Sen. Charles E. Grassley (R-Iowa) accused the Reagan administration yesterday of "conspiring with foreign governments" by considering the wishes of South Africa and the Soviet Union in deciding whether to prosecute protesters arrested in demonstrations at their embassies here.
Grassley, questioning U.S. Attorney Joseph E. diGenova at a Senate Judiciary subcommittee hearing on a D.C. law that prohibits three or more persons from congregating within 500 feet of any embassy, said he found it "incredible" that the "policies of these countries take precedence over our own freedoms of expression."
Enforcement of the 48-year-old law has become controversial in the last 18 months because hundreds of persons arrested outside the South African Embassy during apartheid protests have not been prosecuted, while demonstrators at the Soviet Embassy protesting treatment of Soviet Jews have been.
DiGenova and State Department legal counsel Abraham Sofaer testified that enforcement of the law, based partly on whether the governments of the affected embassies favor prosecutions, is necessary to ensure that other countries afford proper protection to U.S. embassies and diplomats overseas.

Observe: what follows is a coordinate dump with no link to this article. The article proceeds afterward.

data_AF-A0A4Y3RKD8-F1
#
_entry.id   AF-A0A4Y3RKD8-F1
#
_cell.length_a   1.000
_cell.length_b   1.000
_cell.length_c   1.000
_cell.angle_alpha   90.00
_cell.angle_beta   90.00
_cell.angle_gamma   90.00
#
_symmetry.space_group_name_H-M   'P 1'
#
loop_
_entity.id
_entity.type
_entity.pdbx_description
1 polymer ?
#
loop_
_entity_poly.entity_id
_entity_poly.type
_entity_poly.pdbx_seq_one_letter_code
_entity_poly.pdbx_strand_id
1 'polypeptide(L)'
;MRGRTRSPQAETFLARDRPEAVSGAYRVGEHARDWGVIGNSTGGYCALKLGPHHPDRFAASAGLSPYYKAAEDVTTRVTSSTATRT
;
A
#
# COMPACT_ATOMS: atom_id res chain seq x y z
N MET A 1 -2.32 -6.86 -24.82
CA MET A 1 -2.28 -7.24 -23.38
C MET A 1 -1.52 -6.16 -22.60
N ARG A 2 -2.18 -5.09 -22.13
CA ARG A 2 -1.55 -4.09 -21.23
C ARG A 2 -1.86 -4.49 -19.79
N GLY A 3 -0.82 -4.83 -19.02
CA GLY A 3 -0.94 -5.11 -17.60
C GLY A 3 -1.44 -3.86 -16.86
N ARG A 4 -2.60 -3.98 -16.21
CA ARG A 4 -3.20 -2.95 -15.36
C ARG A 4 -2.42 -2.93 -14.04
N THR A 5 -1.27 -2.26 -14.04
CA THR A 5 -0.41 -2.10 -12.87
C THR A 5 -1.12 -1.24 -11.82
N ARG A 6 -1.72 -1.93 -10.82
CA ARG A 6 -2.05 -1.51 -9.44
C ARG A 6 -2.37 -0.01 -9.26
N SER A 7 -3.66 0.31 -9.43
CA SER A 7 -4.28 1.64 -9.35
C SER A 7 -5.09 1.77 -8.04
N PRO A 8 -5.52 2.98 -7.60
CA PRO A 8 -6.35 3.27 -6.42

Sofaer added that considering the requests of foreign countries is a proper foreign policy concern and one that Congress recognized when it enacted the law. He said any changes in the law, including Grassley's suggestion of possibly reducing the legal distance for demonstrations to 100 feet, should be taken up by Congress.
"I am completely convinced that the statute is being enforced in a fair . . . and humane manner . . . by the U.S. attorney, if not by other law enforcement officials," Sofaer said.
But diGenova blasted former D.C. corporation counsel Inez Reid for what he called her "unconstitutional" decision not to prosecute protesters for crossing police lines -- a D.C. law over which the U.S. attorney has no control -- outside the South African Embassy "because she agreed with the content of their speech and disagreed with the policies of South Africa."
"This office has never based its exercise of prosecutorial discretion in any case on such constitutionally impermissible reasons," diGenova said.
But several persons who have been arrested outside the Soviet Embassy, including Rabbi David Oller, chairman of the Washington Board of Rabbis' Soviet Jewry Committee, said they were singled out for prosecution.
"While protesters at other embassies were not prosecuted," Oller said, "the U.S. attorney chose to prosecute us, a clear instance of selective prosecution."